School of Applied Social Science

someone wearing an embroidered mask

New initiative to support those facing gender-based violence during lockdowns

Brighton researchers are offering creative outlets supporting those experiencing gender-based violence during the pandemic to share their stories. Entitled The immobilities of gender-based violence during the COVID-19 pandemic, the transdisciplinary project, with researchers from the universities of Roehampton and Plymouth, focuses on the links between gender-based violence (GBV) and constraints on movement – immobilities –…

Continue Reading

Photo of Associate Professor Lesley Murray

Interdisciplinary study to probe surge in gender-based violence driven by lockdowns

University of Brighton associate professor Lesley Murray has received a COVID-19 Rapid Response grant to delve surges in domestic abuse during the COVID crisis. The £131,485 grant from UK Research and Innovation will support an interdisciplinary team that unites Murray – Associate Professor in Sociology in the university’s pioneering Cities and Injustice Research and Enterprise Group– with Jessica Moriarty, Principal Lecturer…

Continue Reading

A hand writing with a cup of tea in the background

Undergraduate dissertation prize awarded

We are pleased to announce that we have awarded the inaugural Dawn Stephen prize for the best criminology dissertation. The prize is awarded to recognise student research that speaks to the critical and applied nature of the criminology curriculum in the School. The winner was chosen by a panel consisting of members of the criminology subject…

Continue Reading

Cover of the qualified for the future report

New British Academy report shows the benefits of studying the social sciences

Qualified for the Future (May 2020) demonstrates the tangible benefits of skills developed in the social sciences, arts and humanities to the UK workforce, economy and society, not only now but in the future. The report says that these areas will be vital in building the society we want to live in, with individuals able to…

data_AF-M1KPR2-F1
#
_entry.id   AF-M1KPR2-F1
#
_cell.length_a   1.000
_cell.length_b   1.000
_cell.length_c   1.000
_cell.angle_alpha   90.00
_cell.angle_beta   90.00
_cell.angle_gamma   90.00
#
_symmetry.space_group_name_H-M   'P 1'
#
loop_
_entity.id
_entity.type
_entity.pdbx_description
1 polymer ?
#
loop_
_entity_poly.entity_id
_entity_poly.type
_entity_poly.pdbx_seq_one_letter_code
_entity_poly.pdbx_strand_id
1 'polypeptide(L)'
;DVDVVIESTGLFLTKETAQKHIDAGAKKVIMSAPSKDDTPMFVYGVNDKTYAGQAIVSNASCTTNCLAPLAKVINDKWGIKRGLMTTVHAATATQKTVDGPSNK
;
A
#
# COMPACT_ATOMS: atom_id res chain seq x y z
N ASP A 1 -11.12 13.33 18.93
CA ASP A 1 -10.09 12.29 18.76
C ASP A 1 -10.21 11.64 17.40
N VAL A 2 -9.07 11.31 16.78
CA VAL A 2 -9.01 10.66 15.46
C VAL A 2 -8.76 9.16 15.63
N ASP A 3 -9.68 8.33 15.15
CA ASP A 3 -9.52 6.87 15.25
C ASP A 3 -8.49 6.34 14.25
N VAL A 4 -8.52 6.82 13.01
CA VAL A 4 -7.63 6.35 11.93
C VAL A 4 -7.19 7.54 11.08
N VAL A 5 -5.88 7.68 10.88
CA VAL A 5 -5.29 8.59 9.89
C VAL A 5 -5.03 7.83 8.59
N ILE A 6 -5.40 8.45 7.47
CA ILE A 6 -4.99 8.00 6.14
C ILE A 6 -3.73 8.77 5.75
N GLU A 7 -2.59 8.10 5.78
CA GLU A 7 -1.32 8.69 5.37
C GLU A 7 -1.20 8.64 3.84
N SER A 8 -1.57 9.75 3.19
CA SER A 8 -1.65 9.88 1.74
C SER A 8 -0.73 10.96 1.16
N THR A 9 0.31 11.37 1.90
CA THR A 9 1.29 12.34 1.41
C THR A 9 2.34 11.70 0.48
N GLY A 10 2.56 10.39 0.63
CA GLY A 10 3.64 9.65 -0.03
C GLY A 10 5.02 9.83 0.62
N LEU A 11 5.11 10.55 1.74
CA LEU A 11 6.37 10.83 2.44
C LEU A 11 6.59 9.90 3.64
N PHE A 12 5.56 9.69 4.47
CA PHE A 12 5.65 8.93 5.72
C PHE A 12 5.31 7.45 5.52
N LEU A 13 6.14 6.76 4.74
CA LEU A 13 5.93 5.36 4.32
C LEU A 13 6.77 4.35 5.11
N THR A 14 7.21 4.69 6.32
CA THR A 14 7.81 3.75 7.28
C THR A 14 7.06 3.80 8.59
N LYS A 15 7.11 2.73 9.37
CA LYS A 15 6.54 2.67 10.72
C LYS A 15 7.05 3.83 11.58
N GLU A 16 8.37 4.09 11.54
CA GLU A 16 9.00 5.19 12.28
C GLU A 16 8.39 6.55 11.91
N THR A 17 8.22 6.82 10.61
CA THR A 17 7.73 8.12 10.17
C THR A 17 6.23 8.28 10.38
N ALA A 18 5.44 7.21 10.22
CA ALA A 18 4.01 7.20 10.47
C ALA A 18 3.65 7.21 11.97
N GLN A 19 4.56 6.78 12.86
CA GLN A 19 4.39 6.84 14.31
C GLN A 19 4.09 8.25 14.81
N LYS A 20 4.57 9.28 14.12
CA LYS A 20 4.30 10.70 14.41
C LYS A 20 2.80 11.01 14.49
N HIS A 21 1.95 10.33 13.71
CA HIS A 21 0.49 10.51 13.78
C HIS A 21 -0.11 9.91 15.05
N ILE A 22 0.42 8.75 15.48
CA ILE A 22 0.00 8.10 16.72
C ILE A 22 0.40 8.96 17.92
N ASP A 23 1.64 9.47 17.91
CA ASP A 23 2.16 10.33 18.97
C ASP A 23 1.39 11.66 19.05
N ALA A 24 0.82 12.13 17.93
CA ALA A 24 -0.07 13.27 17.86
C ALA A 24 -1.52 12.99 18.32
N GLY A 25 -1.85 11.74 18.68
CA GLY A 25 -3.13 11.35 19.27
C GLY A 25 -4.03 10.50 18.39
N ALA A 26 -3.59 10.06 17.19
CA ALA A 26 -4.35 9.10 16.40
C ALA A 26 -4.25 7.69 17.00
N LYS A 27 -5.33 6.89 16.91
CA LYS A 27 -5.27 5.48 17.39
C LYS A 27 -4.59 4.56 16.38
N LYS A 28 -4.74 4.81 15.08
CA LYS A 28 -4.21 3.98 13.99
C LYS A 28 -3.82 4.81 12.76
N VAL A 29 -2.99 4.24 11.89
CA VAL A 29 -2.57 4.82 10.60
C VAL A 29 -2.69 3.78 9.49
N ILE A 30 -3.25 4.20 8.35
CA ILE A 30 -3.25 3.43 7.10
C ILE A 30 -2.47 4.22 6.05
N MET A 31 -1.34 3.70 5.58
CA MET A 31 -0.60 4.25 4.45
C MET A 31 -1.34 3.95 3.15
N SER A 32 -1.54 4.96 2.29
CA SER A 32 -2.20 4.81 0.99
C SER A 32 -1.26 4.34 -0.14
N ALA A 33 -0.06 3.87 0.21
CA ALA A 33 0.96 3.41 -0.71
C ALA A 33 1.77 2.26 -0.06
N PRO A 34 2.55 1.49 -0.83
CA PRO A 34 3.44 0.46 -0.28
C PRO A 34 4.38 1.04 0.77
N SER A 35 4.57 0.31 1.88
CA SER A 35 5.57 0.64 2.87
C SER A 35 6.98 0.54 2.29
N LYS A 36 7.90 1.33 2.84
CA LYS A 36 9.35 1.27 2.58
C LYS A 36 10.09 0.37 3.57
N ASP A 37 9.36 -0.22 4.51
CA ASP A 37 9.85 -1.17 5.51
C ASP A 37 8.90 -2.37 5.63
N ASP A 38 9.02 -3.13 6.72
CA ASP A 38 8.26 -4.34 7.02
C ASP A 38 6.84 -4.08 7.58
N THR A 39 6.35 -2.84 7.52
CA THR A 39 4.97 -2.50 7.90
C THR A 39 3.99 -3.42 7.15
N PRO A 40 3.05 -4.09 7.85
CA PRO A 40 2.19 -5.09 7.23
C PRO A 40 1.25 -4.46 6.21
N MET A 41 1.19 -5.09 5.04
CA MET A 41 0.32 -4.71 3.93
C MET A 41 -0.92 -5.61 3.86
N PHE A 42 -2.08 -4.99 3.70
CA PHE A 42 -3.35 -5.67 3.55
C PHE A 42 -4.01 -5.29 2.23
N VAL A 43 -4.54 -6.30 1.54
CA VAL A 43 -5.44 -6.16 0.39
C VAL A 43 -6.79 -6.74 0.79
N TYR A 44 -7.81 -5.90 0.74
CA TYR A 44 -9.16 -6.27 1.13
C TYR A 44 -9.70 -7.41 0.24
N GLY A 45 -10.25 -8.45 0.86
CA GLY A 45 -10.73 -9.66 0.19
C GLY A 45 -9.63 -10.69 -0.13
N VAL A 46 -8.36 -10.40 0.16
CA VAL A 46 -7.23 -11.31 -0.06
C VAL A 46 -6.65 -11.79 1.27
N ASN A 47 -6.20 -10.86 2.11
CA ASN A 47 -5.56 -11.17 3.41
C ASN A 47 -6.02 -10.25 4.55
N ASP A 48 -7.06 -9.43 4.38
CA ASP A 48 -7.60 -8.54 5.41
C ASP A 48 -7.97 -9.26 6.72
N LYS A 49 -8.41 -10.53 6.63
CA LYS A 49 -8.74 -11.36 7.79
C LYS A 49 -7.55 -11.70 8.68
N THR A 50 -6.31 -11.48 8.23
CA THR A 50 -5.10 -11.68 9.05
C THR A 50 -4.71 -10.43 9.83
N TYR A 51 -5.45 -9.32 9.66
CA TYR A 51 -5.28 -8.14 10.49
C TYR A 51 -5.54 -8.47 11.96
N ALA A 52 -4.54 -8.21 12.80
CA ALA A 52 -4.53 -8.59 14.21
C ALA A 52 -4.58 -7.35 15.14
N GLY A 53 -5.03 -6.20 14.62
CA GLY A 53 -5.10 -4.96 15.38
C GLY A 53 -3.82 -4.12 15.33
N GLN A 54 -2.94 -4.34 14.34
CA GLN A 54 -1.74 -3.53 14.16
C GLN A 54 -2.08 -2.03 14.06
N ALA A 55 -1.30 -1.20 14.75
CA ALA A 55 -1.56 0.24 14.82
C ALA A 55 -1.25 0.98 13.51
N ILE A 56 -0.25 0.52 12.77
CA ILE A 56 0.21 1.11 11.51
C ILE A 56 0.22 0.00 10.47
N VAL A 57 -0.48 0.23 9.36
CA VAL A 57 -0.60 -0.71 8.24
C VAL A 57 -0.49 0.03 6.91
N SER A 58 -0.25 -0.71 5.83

Continue Reading

A protest outside Yarl’s Wood immigration removal centre in Bedfordshire

Student chosen for undergraduate research internship

Beth Hudson, who is studying Psychology and Criminology BA(Hons), has been selected to assist in a research project carried out in the School of Applied Social Science. Beth will receive a bursary to work on a literature review and policy analysis on the project ‘The politics of in/visibility in immigration detention’, led by criminology lecturer…

Continue Reading

Lambros Fatsis

Policing the public over the pandemic

University of Brighton lecturer Dr Lambros Fatsis claims the official response to the coronavirus has been primarily focused on law enforcement rather than an ‘adequate’ public health approach. As the British public prepares for week five of the current government restrictions, Dr Fatsis, lecturer in Criminology at the university, argues in an article for the…

Continue Reading

image showing scholarship value and deadline date

International Scholarships of £2,500

We are offering undergraduate and postgraduate international scholarships of £2,500 for courses starting in the 2020/21 academic year. The deadline to apply is 15 May and applications are open to all students who qualify to pay international fees. Find out more on the University of Brighton website: Undergraduate international scholarships Postgraduate international scholarships We look…

Continue Reading

the book cover

A Southern Criminology of Violence, Youth and Policing – new book

Criminology lecturer Dr Roxana Cavalcanti has published her new book A Southern Criminology of Violence, Youth and Policing. The book examines public experiences of insecurity and the social impacts of security programmes that aim to address violence in Brazil. The book contributes to the emerging field of southern criminology by engaging with the perils faced…

Continue Reading

people on a climate change march

Could drugs help fight climate change?

The controlled use of psychedelic drugs can help tackle depression but could they also “restart the beating heart of ecological awareness before it is too late”. Dr Matt Adams investigated claims about the potential of psychedelics “not only for improving mental health, but also, remarkably, as a key to overcoming inaction in the face of…

Continue Reading

group of students in a classroom

Children’s little lies aren’t all bad

White lies are not all bad and can help young people keep relationships functioning, according to a University of Brighton senior lecturer in forensic psychology. Dr Hannah Cassidy said ‘prosocial’ lies are helpful and “act as a social lubricant”, often protecting people’s feelings. For instance, lying when we say we like a gift from a…

Continue Reading

1 2
Skip to toolbar